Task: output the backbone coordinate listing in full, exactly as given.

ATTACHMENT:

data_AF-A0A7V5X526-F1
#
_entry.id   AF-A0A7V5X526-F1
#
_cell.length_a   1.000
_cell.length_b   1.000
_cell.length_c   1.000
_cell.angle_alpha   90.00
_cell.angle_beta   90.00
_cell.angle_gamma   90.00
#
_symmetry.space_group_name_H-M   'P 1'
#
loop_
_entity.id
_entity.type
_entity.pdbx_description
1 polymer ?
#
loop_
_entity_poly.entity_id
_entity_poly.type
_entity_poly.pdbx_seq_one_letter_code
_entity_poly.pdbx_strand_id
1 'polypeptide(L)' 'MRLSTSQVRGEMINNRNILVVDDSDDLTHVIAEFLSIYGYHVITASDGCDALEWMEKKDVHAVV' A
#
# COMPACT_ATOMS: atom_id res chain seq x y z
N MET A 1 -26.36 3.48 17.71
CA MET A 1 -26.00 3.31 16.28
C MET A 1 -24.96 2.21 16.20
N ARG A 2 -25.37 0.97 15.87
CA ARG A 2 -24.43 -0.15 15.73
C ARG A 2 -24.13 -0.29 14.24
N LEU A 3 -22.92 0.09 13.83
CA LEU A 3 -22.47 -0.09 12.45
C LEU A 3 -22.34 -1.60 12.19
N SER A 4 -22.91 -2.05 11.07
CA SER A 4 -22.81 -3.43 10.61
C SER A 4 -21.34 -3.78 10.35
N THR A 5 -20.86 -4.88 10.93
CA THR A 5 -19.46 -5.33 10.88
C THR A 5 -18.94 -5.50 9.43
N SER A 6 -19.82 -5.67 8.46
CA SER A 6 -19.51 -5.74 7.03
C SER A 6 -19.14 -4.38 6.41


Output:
data_AF-A0A7V5X526-F1
#
_entry.id   AF-A0A7V5X526-F1
#
_cell.length_a   1.000
_cell.length_b   1.000
_cell.length_c   1.000
_cell.angle_alpha   90.00
_cell.angle_beta   90.00
_cell.angle_gamma   90.00
#
_symmetry.space_group_name_H-M   'P 1'
#
loop_
_entity.id
_entity.type
_entity.pdbx_description
1 polymer ?
#
loop_
_entity_poly.entity_id
_entity_poly.type
_entity_poly.pdbx_seq_one_letter_code
_entity_poly.pdbx_strand_id
1 'polypeptide(L)' 'MRLSTSQVRGEMINNRNILVVDDSDDLTHVIAEFLSIYGYHVITASDGCDALEWMEKKDVHAVV' A
#
# COMPACT_ATOMS: atom_id res chain seq x y z
N MET A 1 -26.36 3.48 17.71
CA MET A 1 -26.00 3.31 16.28
C MET A 1 -24.96 2.21 16.20
N ARG A 2 -25.37 0.97 15.87
CA ARG A 2 -24.43 -0.15 15.73
C ARG A 2 -24.13 -0.29 14.24
N LEU A 3 -22.92 0.09 13.83
CA LEU A 3 -22.47 -0.09 12.45
C LEU A 3 -22.34 -1.60 12.19
N SER A 4 -22.91 -2.05 11.07
CA SER A 4 -22.81 -3.43 10.61
C SER A 4 -21.34 -3.78 10.35
N THR A 5 -20.86 -4.88 10.93
CA THR A 5 -19.46 -5.33 10.88
C THR A 5 -18.94 -5.50 9.43
N SER A 6 -19.82 -5.67 8.46
CA SER A 6 -19.51 -5.74 7.03
C SER A 6 -19.14 -4.38 6.41